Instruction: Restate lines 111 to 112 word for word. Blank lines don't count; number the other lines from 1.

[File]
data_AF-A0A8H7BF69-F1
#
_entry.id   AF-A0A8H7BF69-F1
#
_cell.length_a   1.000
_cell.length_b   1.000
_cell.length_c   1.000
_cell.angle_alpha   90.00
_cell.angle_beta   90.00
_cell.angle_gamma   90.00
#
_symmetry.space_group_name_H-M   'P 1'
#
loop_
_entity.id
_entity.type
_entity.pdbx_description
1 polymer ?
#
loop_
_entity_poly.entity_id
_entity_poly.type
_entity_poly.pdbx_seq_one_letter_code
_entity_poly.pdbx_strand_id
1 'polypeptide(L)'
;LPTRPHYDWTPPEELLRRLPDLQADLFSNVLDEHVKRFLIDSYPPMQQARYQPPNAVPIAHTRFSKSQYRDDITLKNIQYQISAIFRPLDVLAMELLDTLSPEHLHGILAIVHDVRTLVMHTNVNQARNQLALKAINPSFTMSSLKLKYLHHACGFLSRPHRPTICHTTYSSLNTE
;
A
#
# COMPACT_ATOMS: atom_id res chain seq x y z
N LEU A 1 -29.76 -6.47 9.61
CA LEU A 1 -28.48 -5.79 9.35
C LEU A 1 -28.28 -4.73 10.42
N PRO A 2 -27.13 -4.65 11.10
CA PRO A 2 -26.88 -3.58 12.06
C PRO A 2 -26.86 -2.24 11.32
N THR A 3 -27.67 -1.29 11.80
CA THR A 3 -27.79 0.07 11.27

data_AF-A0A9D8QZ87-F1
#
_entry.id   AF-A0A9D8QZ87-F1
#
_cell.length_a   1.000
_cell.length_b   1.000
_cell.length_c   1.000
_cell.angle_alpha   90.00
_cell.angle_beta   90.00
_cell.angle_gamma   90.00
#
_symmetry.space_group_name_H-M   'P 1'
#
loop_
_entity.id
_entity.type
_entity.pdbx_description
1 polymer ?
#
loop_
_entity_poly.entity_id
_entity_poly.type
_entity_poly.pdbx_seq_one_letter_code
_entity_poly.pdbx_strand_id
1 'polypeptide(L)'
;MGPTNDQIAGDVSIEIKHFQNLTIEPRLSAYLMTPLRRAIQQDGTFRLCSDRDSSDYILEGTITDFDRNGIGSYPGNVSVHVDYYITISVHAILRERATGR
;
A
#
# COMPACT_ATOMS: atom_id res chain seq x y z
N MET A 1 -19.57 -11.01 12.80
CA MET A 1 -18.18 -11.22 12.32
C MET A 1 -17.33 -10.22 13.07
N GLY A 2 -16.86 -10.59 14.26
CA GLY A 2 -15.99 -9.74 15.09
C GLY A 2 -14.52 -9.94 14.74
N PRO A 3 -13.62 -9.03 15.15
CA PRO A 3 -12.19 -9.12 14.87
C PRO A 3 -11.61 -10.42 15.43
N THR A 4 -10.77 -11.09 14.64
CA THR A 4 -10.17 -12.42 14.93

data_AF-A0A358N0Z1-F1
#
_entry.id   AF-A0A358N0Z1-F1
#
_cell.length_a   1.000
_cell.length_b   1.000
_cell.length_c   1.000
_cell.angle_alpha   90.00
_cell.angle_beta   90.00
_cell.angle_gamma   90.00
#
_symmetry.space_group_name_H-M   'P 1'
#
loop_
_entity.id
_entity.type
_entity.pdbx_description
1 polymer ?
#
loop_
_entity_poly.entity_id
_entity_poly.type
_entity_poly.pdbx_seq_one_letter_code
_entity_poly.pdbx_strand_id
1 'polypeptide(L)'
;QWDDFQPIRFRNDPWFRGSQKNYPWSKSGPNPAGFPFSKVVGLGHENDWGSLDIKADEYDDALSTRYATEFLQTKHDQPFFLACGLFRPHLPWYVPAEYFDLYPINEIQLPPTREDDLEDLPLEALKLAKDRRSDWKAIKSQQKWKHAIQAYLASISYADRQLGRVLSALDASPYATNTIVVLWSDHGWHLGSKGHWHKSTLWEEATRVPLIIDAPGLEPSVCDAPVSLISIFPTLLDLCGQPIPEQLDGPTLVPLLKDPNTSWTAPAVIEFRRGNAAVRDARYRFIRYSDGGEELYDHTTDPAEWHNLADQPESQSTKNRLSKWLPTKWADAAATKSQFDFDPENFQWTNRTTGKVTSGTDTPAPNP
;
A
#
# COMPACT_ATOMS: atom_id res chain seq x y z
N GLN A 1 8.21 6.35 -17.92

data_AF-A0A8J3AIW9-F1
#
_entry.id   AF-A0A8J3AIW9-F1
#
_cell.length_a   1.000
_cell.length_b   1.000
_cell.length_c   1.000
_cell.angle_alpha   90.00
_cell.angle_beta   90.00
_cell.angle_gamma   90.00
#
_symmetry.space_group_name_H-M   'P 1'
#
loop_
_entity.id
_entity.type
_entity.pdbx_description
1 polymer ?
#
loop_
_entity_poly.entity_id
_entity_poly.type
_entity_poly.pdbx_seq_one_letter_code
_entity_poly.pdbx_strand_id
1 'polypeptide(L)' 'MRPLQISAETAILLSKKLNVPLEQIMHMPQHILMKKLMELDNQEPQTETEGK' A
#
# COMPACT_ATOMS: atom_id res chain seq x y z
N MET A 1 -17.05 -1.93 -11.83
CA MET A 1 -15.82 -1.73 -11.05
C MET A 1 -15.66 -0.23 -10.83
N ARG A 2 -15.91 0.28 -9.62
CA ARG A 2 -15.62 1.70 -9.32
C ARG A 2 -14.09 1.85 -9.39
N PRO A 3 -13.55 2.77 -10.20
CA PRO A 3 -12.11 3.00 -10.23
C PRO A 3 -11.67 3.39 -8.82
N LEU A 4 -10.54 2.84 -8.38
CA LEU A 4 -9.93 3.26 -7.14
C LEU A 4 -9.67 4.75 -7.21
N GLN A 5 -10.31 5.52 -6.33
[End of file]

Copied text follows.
data_AF-A0A8J3AIW9-F1
#